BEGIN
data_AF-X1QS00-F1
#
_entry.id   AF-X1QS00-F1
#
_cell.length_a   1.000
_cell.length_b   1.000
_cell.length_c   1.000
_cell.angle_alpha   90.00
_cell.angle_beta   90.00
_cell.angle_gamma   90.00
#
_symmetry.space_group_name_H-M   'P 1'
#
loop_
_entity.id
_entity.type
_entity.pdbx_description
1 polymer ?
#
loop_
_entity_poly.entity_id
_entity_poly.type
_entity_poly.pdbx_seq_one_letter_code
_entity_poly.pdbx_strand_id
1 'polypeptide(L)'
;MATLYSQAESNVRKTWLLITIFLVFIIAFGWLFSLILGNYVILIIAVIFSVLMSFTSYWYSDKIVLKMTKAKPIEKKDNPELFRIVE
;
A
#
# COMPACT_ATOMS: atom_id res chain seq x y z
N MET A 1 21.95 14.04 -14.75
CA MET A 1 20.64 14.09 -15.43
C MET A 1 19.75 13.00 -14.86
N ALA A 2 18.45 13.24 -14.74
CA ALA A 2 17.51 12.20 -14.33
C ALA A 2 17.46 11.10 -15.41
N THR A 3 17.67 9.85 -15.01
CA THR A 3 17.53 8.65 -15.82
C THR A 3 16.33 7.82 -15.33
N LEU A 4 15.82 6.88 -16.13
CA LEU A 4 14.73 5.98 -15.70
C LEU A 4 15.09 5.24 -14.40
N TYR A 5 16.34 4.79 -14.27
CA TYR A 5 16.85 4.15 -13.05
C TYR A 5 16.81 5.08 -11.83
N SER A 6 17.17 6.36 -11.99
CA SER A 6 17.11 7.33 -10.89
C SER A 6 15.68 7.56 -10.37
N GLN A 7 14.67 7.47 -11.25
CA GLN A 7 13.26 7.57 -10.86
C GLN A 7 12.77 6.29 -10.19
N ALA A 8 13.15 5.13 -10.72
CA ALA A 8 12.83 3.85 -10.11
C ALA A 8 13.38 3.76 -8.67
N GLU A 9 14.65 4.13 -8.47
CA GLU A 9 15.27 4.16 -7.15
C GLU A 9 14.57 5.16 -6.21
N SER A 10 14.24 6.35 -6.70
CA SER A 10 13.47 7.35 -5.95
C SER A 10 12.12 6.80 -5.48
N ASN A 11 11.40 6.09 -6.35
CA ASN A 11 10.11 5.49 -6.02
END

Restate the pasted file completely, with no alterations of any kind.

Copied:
data_AF-X1QS00-F1
#
_entry.id   AF-X1QS00-F1
#
_cell.length_a   1.000
_cell.length_b   1.000
_cell.length_c   1.000
_cell.angle_alpha   90.00
_cell.angle_beta   90.00
_cell.angle_gamma   90.00
#
_symmetry.space_group_name_H-M   'P 1'
#
loop_
_entity.id
_entity.type
_entity.pdbx_description
1 polymer ?
#
loop_
_entity_poly.entity_id
_entity_poly.type
_entity_poly.pdbx_seq_one_letter_code
_entity_poly.pdbx_strand_id
1 'polypeptide(L)'
;MATLYSQAESNVRKTWLLITIFLVFIIAFGWLFSLILGNYVILIIAVIFSVLMSFTSYWYSDKIVLKMTKAKPIEKKDNPELFRIVE
;
A
#
# COMPACT_ATOMS: atom_id res chain seq x y z
N MET A 1 21.95 14.04 -14.75
CA MET A 1 20.64 14.09 -15.43
C MET A 1 19.75 13.00 -14.86
N ALA A 2 18.45 13.24 -14.74
CA ALA A 2 17.51 12.20 -14.33
C ALA A 2 17.46 11.10 -15.41
N THR A 3 17.67 9.85 -15.01
CA THR A 3 17.53 8.65 -15.82
C THR A 3 16.33 7.82 -15.33
N LEU A 4 15.82 6.88 -16.13
CA LEU A 4 14.73 5.98 -15.70
C LEU A 4 15.09 5.24 -14.40
N TYR A 5 16.34 4.79 -14.27
CA TYR A 5 16.85 4.15 -13.05
C TYR A 5 16.81 5.08 -11.83
N SER A 6 17.17 6.36 -11.99
CA SER A 6 17.11 7.33 -10.89
C SER A 6 15.68 7.56 -10.37
N GLN A 7 14.67 7.47 -11.25
CA GLN A 7 13.26 7.57 -10.86
C GLN A 7 12.77 6.29 -10.19
N ALA A 8 13.15 5.13 -10.72
CA ALA A 8 12.83 3.85 -10.11
C ALA A 8 13.38 3.76 -8.67
N GLU A 9 14.65 4.13 -8.47
CA GLU A 9 15.27 4.16 -7.15
C GLU A 9 14.57 5.16 -6.21
N SER A 10 14.24 6.35 -6.70
CA SER A 10 13.47 7.35 -5.95
C SER A 10 12.12 6.80 -5.48
N ASN A 11 11.40 6.09 -6.35
CA ASN A 11 10.11 5.49 -6.02